With the designation of Potential Tropical Cyclone Sixteen, the National Weather Service (NWS) issued Tropical Storm Warnings and Watches for the majority of the Florida Panhandle coast. Storm Surge Watches were also issued ahead of the storm. Parts of Southern Louisiana and Alabama also received Tropical Storm Warnings, but were removed shortly after the storm's track shifted more towards to the Florida Panhandle. The storms initial cone also forecasted the disturbance to become a tropical storm shortly after (within 12 hours) of being designated as Potential Tropical Cyclone Sixteen, but this forecast continued to shift as the storm continued to remain disorganized.
As Nestor began to approach the coast of the Florida Panhandle, the same region that was severely affected by Hurricane Michael the previous year, it led to winds to gale-force and storm surge to take upon the region. Tides 2–4 feet above normal were recorded in several parts of the region as well, causing some minor coastal flooding. Heavy rain and the surging waves generated by the storm system also caused flash flooding in parts of the region, with some areas topping with 4 inches of rain. These rains, however, proved to be somewhat beneficial. A drought in the Southeastern United States was relieved as Nestor and its post-tropical remnant brought rain to the areas, with a meteorologist stating "The rain on the whole was a positive for the entire region – unless you had outdoor plans.".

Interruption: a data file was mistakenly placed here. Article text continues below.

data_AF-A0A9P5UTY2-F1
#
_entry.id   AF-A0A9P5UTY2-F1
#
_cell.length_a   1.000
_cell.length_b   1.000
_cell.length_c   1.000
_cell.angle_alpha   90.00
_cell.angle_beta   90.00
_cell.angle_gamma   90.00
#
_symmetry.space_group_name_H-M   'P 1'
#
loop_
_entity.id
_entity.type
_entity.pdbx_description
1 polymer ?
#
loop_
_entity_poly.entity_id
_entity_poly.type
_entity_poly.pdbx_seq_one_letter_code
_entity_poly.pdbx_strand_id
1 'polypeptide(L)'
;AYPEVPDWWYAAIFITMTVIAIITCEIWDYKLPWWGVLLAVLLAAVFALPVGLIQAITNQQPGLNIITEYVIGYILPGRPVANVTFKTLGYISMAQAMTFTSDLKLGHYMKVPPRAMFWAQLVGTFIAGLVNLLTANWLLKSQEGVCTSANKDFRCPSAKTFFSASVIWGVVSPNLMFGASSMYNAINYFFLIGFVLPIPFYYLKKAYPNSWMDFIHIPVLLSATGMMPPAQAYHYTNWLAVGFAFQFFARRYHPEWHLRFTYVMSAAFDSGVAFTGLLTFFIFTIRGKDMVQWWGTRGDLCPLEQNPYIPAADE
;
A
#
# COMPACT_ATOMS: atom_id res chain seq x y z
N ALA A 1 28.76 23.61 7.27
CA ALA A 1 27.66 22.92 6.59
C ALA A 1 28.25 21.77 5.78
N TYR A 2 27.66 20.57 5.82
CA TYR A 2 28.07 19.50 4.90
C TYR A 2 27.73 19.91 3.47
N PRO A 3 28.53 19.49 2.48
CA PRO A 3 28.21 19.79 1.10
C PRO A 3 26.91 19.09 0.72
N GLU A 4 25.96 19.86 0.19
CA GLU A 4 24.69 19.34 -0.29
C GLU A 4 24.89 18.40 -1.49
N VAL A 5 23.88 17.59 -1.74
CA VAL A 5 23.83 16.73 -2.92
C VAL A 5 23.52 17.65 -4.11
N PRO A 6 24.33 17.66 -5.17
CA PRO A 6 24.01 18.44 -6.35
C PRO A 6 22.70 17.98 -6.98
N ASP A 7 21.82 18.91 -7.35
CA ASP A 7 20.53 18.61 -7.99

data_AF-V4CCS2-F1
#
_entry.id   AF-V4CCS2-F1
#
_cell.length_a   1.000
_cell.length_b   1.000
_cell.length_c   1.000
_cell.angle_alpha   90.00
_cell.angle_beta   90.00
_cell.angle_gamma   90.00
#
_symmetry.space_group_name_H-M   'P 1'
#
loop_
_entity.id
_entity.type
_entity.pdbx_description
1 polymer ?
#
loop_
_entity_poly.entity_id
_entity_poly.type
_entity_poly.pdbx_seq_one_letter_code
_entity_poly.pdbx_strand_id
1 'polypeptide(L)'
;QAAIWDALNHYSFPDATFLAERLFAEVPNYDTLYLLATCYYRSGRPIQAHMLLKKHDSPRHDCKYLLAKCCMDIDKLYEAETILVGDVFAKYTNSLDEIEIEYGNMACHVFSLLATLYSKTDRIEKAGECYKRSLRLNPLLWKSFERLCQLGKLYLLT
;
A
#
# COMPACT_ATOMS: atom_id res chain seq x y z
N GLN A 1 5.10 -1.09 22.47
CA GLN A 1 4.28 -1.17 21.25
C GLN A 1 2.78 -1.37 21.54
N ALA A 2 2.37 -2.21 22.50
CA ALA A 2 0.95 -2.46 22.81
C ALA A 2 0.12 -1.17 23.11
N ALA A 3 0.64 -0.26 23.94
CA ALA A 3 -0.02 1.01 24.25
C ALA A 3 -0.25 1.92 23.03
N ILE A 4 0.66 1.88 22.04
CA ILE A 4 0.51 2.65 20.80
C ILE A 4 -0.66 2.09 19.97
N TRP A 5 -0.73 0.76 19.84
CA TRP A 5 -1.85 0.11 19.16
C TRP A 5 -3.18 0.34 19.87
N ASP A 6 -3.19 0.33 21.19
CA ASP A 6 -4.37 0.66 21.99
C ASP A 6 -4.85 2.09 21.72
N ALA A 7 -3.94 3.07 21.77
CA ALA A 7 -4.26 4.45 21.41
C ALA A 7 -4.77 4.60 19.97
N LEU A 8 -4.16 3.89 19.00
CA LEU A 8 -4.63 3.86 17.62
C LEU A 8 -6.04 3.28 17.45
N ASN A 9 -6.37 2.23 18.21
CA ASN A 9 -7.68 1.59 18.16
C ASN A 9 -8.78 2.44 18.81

Perhaps the legacy of Nestor, however, was the tornado outbreak it caused across the Southeastern United States. Although Nestor was not classified as a tropical cyclone anymore at the time of its landfall, it spawned numerous supercells which ultimately led to the spawning of several tornadoes. The National Weather Service (NWS), however, only confirmed three tornadoes, one reaching to EF2 status. However it is very likely several other tornadoes were spawned by the extratropical remnant of Nestor as it quickly moved across the Eastern Seaboard. One of the tornadoes, only reaching EF0 status, was recorded in Seminole, Florida and damaged a mobile home park. An EF2 tornado also touched down near Tampa, in Hillsborough County, and as it crossed into Polk County it damaged over 50 homes and other buildings, including a middle school. The tornado also overturned a 18-wheeled vehicle which fell on top of a SUV, but no injuries were reported. A final EF1 tornado formed near Cape Coral in Lee County damaging several homes. No injuries were reported from the tornado.
Additionally, heavy rains generated by Nestor's extratropical remnant caused a car crash in South Carolina, killing 3 people.